Cholera was relatively unknown in PNG until an outbreak last year on the coast of Madang province which was blamed on waste discharges from either Malaysian logging ships, Filipino fishing vessels or Chinese mine construction.

The disease has since spread into neighboring Provinces

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Landowners shut down Ramu mine construction

Angry landowners at the mine construction site

Story by Jeffrey Elapa

THE Kurumbukari landowners of the Ramu nickel and cobalt mine in Madang province have stopped all operations at the mine.
This followed a meeting of landowners at the mine site over outstanding issues in the Memorandum of Agreement.

As all construction work nears completion, the landowners’ representatives from the road and water easement and the special mining lease area decided in the meeting to stop all work and demand that the company honour its MOA commitments.

This week, the company’s community affairs officers have been issuing notices to the people to stop all activities on the SML areas as the project was in its final stages before the commissioning expected around March.

Representatives of the seven clans also demanded that the relocation exercise be speeded up if they want the people to stop all activities like gardening, building new houses or burying their dead.

Mauru clan village leader Kaso Memetua said the company (MCC) should relocate them properly before any work can proceed at the mine. Bruno Karima from the Mauri clan said the company should have already moved the first and second lot of people. He said it was slow in doing so.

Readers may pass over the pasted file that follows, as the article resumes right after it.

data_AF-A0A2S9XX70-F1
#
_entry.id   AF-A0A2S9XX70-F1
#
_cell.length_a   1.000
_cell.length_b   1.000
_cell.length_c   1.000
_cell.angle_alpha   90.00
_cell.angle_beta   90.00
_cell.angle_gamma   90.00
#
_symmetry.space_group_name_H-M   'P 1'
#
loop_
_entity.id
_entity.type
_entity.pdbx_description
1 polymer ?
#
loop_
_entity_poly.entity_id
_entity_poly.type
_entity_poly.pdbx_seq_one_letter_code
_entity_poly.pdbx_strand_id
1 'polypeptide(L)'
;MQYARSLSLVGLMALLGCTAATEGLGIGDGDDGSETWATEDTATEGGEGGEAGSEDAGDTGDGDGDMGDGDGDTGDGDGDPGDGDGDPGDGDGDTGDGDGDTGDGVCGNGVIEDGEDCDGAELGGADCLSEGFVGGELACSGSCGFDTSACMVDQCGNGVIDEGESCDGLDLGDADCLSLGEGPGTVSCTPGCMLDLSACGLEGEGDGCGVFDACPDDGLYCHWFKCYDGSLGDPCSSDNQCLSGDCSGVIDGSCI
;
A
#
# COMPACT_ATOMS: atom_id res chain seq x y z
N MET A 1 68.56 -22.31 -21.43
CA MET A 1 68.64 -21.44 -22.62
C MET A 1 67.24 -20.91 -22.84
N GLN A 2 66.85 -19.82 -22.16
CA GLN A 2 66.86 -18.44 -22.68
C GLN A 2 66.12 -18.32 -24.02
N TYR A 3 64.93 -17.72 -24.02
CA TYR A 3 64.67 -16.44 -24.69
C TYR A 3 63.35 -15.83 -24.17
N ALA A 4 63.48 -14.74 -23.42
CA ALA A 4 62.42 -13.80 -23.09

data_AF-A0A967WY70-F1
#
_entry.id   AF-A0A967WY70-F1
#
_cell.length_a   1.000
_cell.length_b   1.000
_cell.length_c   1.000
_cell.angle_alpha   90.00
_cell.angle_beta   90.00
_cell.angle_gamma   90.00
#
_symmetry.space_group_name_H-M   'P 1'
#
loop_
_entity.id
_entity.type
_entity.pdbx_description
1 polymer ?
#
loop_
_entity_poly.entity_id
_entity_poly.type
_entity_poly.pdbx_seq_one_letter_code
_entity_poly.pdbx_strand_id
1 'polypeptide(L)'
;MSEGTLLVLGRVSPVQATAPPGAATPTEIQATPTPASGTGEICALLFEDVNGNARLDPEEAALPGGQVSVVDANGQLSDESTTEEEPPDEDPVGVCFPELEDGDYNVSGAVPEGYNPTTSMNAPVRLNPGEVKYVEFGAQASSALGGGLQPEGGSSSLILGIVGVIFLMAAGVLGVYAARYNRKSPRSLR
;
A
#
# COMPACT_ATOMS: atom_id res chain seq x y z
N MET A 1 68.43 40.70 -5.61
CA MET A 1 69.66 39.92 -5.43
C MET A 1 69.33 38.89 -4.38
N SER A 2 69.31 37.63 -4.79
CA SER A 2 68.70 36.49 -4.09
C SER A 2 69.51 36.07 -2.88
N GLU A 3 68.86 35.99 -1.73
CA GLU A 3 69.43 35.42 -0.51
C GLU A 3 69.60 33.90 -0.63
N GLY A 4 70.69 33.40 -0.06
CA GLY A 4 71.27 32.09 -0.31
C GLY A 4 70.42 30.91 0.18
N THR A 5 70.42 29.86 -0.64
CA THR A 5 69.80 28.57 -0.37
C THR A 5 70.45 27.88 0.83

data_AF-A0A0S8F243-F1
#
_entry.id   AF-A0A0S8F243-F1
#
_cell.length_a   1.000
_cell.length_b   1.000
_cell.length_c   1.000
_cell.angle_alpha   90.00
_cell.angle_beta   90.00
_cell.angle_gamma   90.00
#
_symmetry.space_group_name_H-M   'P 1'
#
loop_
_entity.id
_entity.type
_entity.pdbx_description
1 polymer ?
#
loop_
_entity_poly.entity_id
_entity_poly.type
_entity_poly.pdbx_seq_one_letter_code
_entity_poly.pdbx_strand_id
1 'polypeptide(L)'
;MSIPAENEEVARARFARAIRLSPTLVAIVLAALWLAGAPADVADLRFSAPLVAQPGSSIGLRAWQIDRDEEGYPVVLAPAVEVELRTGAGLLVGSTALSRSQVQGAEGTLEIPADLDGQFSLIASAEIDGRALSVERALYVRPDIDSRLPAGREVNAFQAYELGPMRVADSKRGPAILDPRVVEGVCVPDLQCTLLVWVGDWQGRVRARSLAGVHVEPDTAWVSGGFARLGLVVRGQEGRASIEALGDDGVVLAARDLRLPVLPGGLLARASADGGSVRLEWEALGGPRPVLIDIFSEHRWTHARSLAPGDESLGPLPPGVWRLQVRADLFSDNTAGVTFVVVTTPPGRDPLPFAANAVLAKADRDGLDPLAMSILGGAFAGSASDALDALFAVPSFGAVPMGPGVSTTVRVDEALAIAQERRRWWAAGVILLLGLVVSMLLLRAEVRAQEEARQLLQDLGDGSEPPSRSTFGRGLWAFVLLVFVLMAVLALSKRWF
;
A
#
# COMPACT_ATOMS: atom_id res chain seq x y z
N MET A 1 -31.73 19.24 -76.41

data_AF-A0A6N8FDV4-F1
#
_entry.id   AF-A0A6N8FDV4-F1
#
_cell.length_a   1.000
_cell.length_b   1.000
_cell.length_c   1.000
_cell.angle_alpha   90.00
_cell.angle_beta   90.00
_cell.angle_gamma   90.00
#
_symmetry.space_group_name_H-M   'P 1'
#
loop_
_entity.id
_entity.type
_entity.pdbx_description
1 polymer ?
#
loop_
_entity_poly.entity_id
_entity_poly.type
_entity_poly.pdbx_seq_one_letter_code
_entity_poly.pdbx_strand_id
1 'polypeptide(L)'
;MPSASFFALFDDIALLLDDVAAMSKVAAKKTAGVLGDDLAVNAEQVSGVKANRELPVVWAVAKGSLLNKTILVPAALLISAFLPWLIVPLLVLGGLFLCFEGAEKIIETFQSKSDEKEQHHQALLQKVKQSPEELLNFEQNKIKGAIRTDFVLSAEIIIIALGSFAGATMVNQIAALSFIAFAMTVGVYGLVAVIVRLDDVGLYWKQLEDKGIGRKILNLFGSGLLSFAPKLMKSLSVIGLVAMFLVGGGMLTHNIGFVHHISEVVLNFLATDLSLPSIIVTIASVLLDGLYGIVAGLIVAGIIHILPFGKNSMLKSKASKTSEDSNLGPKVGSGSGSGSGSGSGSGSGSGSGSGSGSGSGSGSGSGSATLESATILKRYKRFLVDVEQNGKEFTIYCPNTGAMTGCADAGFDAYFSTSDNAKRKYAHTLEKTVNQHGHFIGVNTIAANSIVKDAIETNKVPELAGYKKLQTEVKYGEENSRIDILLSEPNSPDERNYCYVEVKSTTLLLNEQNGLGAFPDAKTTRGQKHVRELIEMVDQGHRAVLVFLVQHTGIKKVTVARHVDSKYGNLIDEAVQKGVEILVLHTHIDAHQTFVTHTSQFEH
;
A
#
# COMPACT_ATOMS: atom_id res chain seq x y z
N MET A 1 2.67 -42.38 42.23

MCC has tested the water supply and will be launching it this Friday, but the landowners said that they would not allow any activity until their grievances were settled.

All construction work at the mine is about to be completed, with several of the facilities installed at the different sites tested.
Among the facilities already installed are the six huge generators brought in from Finland which are expected to supply 22MW of power to the mine and the water resource area. The huge dam at the Gagayowo River has already been completed. The huge underground demarcation facility at Vianivi is in its final stages before full operation.

An MCC insider said that the company was doing all it could for the landowners but other parties like the provincial government and the National Government should also do their part under the MOA.